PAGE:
At a ceremony held in Aquinnah Town Hall Monday morning, Lieutenant Governor Karyn Polito and Representative Dylan Fernandes joined Aquinnah officials to sign a Community Compact agreement that granted $12,500 to the town of Aquinnah to consider whether a regional approach would work for the Island’s property assessments.
“This compact is the result of Governor Baker’s very first executive order signed in January 2015, and since then 291 communities have signed into this Community Compact Best Practices program — so that tells you that there’s something for every community,” Lt. Gov. Polito said. “This is not about big cities; it’s about every community. First of all, we designed it so it was voluntary. This is not a mandate. This is not state government telling you you must do something, because that doesn’t work. Both Charlie and I served as selectmen. We sat in these seats at one point in our public careers, and we know that we don’t like to be told what to do.”
Lt. Gov. Polito also said the compact was funded through a partnership with the Legislature. “All 291 of these compacts are unique. We understand that there’s no one-size-fits-all approach to any of this,” she said. “You here have figured out that the function of assessing properties is perhaps a function that can be done more efficiently across the Island. And thinking about a shared-service model that might work well with all six communities, starting with you taking the lead. I applaud you for that.”
“Because of the geographic uniqueness of the Vineyard, sometimes state policy doesn’t always match the local needs of the Island,” Rep. Fernandes said. “This is kind of what this Community Compact is all about — the special needs of each individual local community. When we talk about the Vineyard in particular, you know we’re in a statewide housing crisis, but the Vineyard is particularly in a housing crisis, and we have some of the highest home prices here in the entire state, but unlike in Cambridge, which has the highest home prices in the state, they get workers from Revere, Winthrop; and no one is coming out of the Atlantic Ocean to pitch-hit for the Vineyard. So we have some unique challenges here because of the unique geography. The lieutenant governor gets that, and that’s what this entire program is all about — matching state resources, state funding, with the unique needs of every town.”
Adam Wilson, Aquinnah’s newly elected assessor, said the money will give the Island an opportunity to evaluate whether a regionalization will work.
“We can take some time and do a really interesting analysis of assessing on the Island,” Mr. Wilson said. “We want to look carefully at how assessments are done in each of the six towns; we want to see if there are any similarities — what differences there are — and we’re hoping to come up with an idea of ways that we might be able to do assessing in the future better and more efficiently.”
Earlier in the day, Lt. Gov. Polito was in West Tisbury for a Complete Streets grant and Community Compact.
Assessors deliberate at first board meeting
Mr. Wilson, Elaine Vanderhoop, and Elise LeBovit met for the first meeting of the newly composed board after Mr. Wilson defeated incumbent Michael Stutz and Elaine Vanderhoop won appointment after the resignation of Darren Leport.
Adam Turner, executive director of the Martha’s Vineyard Commission, explained to the assessors where the new research grant came from.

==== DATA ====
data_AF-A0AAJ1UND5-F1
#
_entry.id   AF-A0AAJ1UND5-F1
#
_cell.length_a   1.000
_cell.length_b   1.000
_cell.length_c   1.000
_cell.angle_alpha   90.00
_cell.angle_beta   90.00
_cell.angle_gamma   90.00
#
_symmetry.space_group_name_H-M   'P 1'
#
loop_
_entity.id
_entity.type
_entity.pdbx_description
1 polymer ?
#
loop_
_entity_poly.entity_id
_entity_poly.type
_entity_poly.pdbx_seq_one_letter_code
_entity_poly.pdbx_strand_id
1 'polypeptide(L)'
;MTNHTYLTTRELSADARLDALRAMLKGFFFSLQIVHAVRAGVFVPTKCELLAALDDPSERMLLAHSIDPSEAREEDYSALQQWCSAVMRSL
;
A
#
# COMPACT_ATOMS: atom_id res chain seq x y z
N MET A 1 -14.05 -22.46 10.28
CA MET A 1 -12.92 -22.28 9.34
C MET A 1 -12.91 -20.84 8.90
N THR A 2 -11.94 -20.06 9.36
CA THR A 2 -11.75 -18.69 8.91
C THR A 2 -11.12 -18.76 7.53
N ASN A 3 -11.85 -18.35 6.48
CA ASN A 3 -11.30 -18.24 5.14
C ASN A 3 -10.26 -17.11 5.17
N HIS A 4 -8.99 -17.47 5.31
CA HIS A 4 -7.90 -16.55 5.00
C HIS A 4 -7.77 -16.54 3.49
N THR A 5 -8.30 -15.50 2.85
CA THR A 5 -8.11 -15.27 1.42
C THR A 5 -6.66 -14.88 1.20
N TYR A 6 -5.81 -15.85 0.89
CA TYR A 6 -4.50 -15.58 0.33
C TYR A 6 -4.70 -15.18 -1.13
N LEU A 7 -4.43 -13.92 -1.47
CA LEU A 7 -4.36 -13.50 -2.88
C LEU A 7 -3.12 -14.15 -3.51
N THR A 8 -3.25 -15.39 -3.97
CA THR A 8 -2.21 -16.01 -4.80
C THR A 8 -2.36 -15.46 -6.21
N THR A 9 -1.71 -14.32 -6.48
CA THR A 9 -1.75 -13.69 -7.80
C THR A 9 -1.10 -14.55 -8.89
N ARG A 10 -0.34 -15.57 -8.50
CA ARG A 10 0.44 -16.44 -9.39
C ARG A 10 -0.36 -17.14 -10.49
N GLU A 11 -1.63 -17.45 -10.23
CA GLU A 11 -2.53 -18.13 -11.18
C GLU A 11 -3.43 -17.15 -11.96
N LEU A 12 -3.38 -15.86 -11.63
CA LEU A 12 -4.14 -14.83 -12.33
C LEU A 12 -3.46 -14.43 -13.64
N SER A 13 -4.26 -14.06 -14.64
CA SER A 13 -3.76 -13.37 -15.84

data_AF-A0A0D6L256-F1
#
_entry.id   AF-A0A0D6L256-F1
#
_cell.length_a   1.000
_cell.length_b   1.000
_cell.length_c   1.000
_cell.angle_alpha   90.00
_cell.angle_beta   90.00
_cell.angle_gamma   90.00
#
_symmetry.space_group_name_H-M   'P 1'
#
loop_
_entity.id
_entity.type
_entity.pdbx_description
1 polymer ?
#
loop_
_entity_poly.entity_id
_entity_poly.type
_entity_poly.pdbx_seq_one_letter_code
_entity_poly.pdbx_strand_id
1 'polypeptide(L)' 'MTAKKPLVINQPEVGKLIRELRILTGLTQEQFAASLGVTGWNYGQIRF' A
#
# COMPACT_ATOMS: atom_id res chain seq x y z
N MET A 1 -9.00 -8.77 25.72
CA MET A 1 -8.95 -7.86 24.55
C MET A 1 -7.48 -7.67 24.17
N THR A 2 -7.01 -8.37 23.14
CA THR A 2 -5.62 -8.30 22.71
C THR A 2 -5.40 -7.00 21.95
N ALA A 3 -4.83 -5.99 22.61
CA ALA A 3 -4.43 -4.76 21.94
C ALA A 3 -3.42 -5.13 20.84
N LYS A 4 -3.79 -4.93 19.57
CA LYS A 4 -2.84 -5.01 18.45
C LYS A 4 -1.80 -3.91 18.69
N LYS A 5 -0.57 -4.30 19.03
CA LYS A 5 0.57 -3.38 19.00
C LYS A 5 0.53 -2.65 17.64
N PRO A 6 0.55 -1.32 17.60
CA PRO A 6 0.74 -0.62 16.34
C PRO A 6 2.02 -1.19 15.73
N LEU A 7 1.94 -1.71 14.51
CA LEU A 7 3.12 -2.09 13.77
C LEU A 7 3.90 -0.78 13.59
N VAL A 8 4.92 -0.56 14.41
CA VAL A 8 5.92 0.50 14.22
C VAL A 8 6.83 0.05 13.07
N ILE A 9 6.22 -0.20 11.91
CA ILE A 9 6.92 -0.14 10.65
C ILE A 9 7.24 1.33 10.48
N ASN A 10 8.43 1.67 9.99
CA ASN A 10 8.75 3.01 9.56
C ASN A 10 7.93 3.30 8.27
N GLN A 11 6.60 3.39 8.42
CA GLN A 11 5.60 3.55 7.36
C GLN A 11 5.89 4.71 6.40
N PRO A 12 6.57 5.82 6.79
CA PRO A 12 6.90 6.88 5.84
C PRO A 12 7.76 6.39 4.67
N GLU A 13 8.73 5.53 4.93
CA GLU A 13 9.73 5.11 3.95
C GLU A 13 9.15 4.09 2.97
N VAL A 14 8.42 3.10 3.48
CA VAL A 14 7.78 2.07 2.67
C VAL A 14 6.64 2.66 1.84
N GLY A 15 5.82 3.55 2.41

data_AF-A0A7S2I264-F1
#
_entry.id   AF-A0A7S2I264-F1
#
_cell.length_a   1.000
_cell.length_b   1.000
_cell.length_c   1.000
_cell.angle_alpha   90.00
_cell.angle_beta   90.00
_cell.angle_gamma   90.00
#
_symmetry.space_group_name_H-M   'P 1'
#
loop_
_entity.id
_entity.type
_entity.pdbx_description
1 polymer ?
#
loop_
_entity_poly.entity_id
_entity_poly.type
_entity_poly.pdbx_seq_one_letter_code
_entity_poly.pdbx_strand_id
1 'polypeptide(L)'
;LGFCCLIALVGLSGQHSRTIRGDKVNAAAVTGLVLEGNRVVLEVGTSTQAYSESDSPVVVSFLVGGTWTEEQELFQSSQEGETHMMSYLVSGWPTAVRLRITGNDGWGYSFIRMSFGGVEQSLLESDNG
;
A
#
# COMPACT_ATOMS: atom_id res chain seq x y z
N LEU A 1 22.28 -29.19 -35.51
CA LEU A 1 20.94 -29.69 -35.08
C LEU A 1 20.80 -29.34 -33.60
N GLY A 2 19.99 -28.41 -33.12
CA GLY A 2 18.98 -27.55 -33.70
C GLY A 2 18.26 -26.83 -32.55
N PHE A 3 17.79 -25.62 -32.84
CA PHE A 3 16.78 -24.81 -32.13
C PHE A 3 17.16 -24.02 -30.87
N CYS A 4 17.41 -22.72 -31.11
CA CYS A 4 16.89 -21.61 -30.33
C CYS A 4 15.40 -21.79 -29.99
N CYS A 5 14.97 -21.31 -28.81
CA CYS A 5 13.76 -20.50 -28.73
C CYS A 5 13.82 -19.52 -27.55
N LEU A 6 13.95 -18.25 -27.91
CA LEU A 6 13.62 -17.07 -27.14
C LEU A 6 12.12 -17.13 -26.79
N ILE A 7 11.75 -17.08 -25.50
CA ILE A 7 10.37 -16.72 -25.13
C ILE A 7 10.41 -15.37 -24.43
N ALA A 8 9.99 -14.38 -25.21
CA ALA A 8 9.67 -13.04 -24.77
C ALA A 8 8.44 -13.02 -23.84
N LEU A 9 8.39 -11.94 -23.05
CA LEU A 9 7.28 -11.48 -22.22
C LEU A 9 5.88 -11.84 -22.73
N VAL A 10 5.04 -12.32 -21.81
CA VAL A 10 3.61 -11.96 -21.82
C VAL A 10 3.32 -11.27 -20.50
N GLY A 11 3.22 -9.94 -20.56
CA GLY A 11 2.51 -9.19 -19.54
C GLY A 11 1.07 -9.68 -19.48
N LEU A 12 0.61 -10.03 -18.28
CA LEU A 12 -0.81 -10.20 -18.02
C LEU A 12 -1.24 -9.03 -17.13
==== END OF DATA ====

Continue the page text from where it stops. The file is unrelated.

“In 2015 the town of Aquinnah, I believe the first one on the Island, applied to enter into this grant and was awarded Community Compact status,” he said.
This made the town eligible for funding, he said. Mr. Turner then lobbied for six months to get the grant, and said he learned about eight months back that Aquinnah would be awarded funds contingent on cooperative funds coming from the commission. The deal with the state broke down as $7,500 from the commonwealth and $5,000 from the commission.
“The grant will allow for the research of current assessing departments in various communities throughout Massachusetts,” he said “The [resultant] report will research various issues, including the cost of certified assessors who provide support to elected boards … and job descriptions to compare essential functions … the grant would also look at the history of evaluations, and how the process works for hiring external consultants, and the cost to do so.”
Ms. LeBovit asked which assessors Mr. Turner consulted with or cooperated with when he applied for the grant. She said the board should have been consulted.
“What I did was call the town of Aquinnah and said, There’s $12,500 available for you to do anything of a dozen different things,” Mr. Turner said. “Aquinnah said we would like to do tax assessment. We would like to look at how we do tax assessment and how to research that. That seemed reasonable to me, and I submitted it.”
Mr. Turner said he spoke with Mr. Wilson, who was town administrator at the time.
“What you do with it,” said selectman Jim Newman, “is to study perhaps regionalization of the assessing for the Island.”
Angela Cywinski, the town’s paid assessor, predicted there would be little appetite in Chilmark, West Tisbury, and Edgartown: “All I can tell you as I sit as an elected assessor in Tisbury, and I’ve spoken with a lot of assessors, and those are their feelings.”
Mr. Newman said it’s about the possibility of saving money. “It’s not about trying to put anybody out of business,” he said. “I mean we all know we should have a regionalized police department, fire department, board of education. I mean, how many boards of education do we have for one superintendent? You know that doesn’t make sense.”